The witness of a woman was not accepted in the first century. One of the many ways that the New Testament demonstrates that it can be trusted is the accurate way it described the first witness to the resurrection. Not only was Mary a woman, but she was a woman with a troubled past (see Luke 8.2). Yet, the Bible recorded her as the first one to the empty tomb.
The only reason why the Bible said that Mary was the first to the tomb, instead of one of the later leaders of the church, was that it was true. Other ancient literature would have inflated the story and made a male leader, such as Peter or James, as the hero.
Over and over, we have seen in the Gospel of John that Jesus came to reveal exactly what God is like (John 1.18). As we read John’s Gospel we may ask, “What is God like with women?”
— John 4.1-42 – Jesus revealed to a Samaritan woman that he was the Messiah (verse 26).
— John 8.1-11 – Jesus stood on the side of a woman who was caught in adultery by the religious authorities.
— John 19.25-27 – It was women who stood by Jesus’ side, during his agony on the cross.
— John 20.11-18 – A woman was the first person to experience Jesus’ resurrection.
There is no question that Jesus elevated the status of women in his culture. He revealed God’s very high opinion of women by the way he trusted such pivotal moments in his ministry to them.
Here is an interesting thought to me. Even though Jesus had such a profound ministry to and with women, there is no recorded criticism of Jesus’ relationship with women. Jesus received criticism from the religious leaders for a variety of reasons on a number of occasions. In fact, their objections to Jesus were the major reason why he was executed on the cross.
However, both Jesus and the women in his life had such a pure relationship that there was no accusation leveled at him or the women. Even Jesus’ most vigorous critics did not accuse Jesus or his male and female disciples of any wrong behavior with one another.
The Beauty of Mary’s Encounter with Jesus
Let’s leave some of the academic issues aside and spend a few moments with Mary Magdalene at the tomb.
At the very first opportunity to come to the tomb, Mary was there. When she saw the stone rolled away from the tomb, she ran quickly back to the city to tell Peter and John what had happened.
Peter and John ran back to the tomb. Mary’s anxiety over the situation surely caused her to disregard any tiredness, and she ran, following some distance behind the men. Peter and John saw the empty tomb and the linen cloths. There was nothing more for them to do at the tomb, so they returned to their homes.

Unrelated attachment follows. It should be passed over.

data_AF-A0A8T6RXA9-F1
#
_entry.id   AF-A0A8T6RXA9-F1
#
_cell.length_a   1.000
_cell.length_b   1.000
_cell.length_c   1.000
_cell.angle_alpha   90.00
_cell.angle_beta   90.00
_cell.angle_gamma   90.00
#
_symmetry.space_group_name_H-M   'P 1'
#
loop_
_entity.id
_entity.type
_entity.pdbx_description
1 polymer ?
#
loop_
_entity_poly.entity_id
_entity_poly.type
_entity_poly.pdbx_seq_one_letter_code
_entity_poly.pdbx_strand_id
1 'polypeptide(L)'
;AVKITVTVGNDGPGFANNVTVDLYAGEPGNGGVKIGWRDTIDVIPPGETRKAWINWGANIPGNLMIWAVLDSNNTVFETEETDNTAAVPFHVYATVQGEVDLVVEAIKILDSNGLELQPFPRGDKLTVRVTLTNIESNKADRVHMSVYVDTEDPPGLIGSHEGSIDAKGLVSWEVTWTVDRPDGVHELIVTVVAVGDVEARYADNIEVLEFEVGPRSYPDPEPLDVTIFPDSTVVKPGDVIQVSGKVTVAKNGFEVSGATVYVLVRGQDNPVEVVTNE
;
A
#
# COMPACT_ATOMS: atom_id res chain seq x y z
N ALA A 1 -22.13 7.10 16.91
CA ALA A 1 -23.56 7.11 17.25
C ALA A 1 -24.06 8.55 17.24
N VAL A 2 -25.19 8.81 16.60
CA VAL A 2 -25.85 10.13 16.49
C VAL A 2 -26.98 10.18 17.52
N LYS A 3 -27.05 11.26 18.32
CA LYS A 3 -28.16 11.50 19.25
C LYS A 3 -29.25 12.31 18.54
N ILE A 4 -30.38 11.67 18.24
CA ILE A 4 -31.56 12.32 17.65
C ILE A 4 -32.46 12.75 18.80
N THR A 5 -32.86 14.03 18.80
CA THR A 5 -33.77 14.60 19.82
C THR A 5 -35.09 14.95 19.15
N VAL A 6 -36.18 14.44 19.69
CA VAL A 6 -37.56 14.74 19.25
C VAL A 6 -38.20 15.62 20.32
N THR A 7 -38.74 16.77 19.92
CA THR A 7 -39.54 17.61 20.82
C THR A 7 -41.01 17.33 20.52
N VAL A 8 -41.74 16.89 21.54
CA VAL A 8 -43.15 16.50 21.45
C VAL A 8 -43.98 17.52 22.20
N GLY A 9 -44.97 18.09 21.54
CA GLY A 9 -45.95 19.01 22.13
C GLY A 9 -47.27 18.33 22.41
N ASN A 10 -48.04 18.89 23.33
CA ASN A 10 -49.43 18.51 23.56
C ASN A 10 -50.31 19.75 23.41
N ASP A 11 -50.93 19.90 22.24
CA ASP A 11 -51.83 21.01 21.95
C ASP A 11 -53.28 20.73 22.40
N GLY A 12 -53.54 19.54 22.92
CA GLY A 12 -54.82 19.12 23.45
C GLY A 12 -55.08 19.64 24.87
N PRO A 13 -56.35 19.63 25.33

There was nothing for Mary to do either, but her grief wouldn’t allow her to leave her Savior’s tomb. She next had a conversation with two angels, but their words didn’t penetrate her grief or give her any comfort.
Mary was still so overcome with grief that she didn’t recognize Jesus until he spoke her name. Can you imagine what must have transpired in her heart, when she heard Jesus speak her name, “Mary”? Her first response was to embrace Jesus, but he discouraged it for reasons that I can’t explain.
Once again, Mary ran into the city. She probably had wings on her feet, full of abundant joy, because she had a message for the disciples – “I have seen the Lord!” (verse 18).
Mary is not Alone.
We, too, have seen the Lord. We know the resurrected Lord through the presence of the Holy Spirit. You will recall that everything Jesus was to his disciples, the Holy Spirit is to us. The Spirit reveals Jesus to us and confirms to us that we belong to the family of God.
Paul wrote, “In him you also, when you heard the word of truth, the gospel of your salvation, and believed in him, were sealed with the promised Holy Spirit, 14 who is the guarantee of our inheritance until we acquire possession of it, to the praise of his glory” (Ephesians 1.13-14).
Here’s the way it works. We hear the story of Jesus, believe it and receive what Jesus has done for us. We receive Jesus into our lives through the power of the Holy Spirit. The reality of the Spirit’s presence in our lives lets us know that everything about Jesus is true and we belong to God.
Truly, as Paul said, this is “to the praise of God’s glory!”
Dear God, we praise you for the resurrection of Jesus. We praise you for the gift of the Holy Spirit. We praise you for our salvation and the salvation of people throughout history. May you guide our lives, as we serve you this week.